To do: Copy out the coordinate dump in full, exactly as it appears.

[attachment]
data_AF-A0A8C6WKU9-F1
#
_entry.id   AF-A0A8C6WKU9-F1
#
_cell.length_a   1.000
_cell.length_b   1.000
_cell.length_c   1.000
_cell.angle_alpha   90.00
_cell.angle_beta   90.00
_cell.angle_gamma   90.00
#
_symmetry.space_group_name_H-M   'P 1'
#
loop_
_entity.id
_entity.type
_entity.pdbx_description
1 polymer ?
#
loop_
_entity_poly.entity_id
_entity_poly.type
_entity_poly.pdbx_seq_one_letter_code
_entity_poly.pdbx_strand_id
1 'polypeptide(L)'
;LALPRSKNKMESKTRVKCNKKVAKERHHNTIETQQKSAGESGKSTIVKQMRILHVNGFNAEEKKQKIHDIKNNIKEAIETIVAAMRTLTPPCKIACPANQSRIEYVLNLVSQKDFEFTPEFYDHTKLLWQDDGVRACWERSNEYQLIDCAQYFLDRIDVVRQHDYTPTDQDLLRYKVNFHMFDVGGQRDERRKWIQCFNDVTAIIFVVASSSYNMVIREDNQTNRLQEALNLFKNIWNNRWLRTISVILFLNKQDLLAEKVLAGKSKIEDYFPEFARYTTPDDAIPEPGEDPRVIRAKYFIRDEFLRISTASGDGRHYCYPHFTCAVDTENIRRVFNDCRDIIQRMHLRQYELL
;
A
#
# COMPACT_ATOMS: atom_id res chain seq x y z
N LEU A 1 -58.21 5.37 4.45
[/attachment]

data_AF-A0A8C6WKU9-F1
#
_entry.id   AF-A0A8C6WKU9-F1
#
_cell.length_a   1.000
_cell.length_b   1.000
_cell.length_c   1.000
_cell.angle_alpha   90.00
_cell.angle_beta   90.00
_cell.angle_gamma   90.00
#
_symmetry.space_group_name_H-M   'P 1'
#
loop_
_entity.id
_entity.type
_entity.pdbx_description
1 polymer ?
#
loop_
_entity_poly.entity_id
_entity_poly.type
_entity_poly.pdbx_seq_one_letter_code
_entity_poly.pdbx_strand_id
1 'polypeptide(L)'
;LALPRSKNKMESKTRVKCNKKVAKERHHNTIETQQKSAGESGKSTIVKQMRILHVNGFNAEEKKQKIHDIKNNIKEAIETIVAAMRTLTPPCKIACPANQSRIEYVLNLVSQKDFEFTPEFYDHTKLLWQDDGVRACWERSNEYQLIDCAQYFLDRIDVVRQHDYTPTDQDLLRYKVNFHMFDVGGQRDERRKWIQCFNDVTAIIFVVASSSYNMVIREDNQTNRLQEALNLFKNIWNNRWLRTISVILFLNKQDLLAEKVLAGKSKIEDYFPEFARYTTPDDAIPEPGEDPRVIRAKYFIRDEFLRISTASGDGRHYCYPHFTCAVDTENIRRVFNDCRDIIQRMHLRQYELL
;
A
#
# COMPACT_ATOMS: atom_id res chain seq x y z
N LEU A 1 -58.21 5.37 4.45